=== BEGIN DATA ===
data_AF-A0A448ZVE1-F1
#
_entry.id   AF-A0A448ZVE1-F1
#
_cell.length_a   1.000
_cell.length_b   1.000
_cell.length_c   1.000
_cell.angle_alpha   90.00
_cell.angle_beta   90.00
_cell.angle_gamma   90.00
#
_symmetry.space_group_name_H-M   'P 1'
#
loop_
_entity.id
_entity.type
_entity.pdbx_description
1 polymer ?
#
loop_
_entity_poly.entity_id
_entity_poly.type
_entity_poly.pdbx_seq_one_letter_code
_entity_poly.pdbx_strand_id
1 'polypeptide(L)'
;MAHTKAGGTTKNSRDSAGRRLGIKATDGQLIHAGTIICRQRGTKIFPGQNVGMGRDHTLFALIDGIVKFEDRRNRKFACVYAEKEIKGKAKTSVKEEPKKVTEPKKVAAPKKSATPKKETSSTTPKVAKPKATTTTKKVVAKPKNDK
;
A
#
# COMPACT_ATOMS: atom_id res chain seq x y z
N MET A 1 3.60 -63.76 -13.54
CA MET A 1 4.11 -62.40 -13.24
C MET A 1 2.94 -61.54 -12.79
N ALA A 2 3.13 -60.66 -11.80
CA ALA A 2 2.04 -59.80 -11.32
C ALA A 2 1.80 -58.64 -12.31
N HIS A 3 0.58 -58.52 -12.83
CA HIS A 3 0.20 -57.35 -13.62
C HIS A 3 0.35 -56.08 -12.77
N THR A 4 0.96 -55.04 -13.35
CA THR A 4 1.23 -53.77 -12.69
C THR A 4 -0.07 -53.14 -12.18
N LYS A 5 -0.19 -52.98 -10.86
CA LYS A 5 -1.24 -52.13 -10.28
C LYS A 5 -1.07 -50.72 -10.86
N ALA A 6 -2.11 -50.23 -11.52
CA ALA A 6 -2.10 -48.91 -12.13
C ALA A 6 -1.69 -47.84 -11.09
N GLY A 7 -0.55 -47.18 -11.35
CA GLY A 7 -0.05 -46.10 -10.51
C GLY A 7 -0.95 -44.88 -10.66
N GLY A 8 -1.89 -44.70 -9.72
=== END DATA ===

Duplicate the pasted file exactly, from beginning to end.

data_AF-A0A448ZVE1-F1
#
_entry.id   AF-A0A448ZVE1-F1
#
_cell.length_a   1.000
_cell.length_b   1.000
_cell.length_c   1.000
_cell.angle_alpha   90.00
_cell.angle_beta   90.00
_cell.angle_gamma   90.00
#
_symmetry.space_group_name_H-M   'P 1'
#
loop_
_entity.id
_entity.type
_entity.pdbx_description
1 polymer ?
#
loop_
_entity_poly.entity_id
_entity_poly.type
_entity_poly.pdbx_seq_one_letter_code
_entity_poly.pdbx_strand_id
1 'polypeptide(L)'
;MAHTKAGGTTKNSRDSAGRRLGIKATDGQLIHAGTIICRQRGTKIFPGQNVGMGRDHTLFALIDGIVKFEDRRNRKFACVYAEKEIKGKAKTSVKEEPKKVTEPKKVAAPKKSATPKKETSSTTPKVAKPKATTTTKKVVAKPKNDK
;
A
#
# COMPACT_ATOMS: atom_id res chain seq x y z
N MET A 1 3.60 -63.76 -13.54
CA MET A 1 4.11 -62.40 -13.24
C MET A 1 2.94 -61.54 -12.79
N ALA A 2 3.13 -60.66 -11.80
CA ALA A 2 2.04 -59.80 -11.32
C ALA A 2 1.80 -58.64 -12.31
N HIS A 3 0.58 -58.52 -12.83
CA HIS A 3 0.20 -57.35 -13.62
C HIS A 3 0.35 -56.08 -12.77
N THR A 4 0.96 -55.04 -13.35
CA THR A 4 1.23 -53.77 -12.69
C THR A 4 -0.07 -53.14 -12.18
N LYS A 5 -0.19 -52.98 -10.86
CA LYS A 5 -1.24 -52.13 -10.28
C LYS A 5 -1.07 -50.72 -10.86
N ALA A 6 -2.11 -50.23 -11.52
CA ALA A 6 -2.10 -48.91 -12.13
C ALA A 6 -1.69 -47.84 -11.09
N GLY A 7 -0.55 -47.18 -11.35
CA GLY A 7 -0.05 -46.10 -10.51
C GLY A 7 -0.95 -44.88 -10.66
N GLY A 8 -1.89 -44.70 -9.72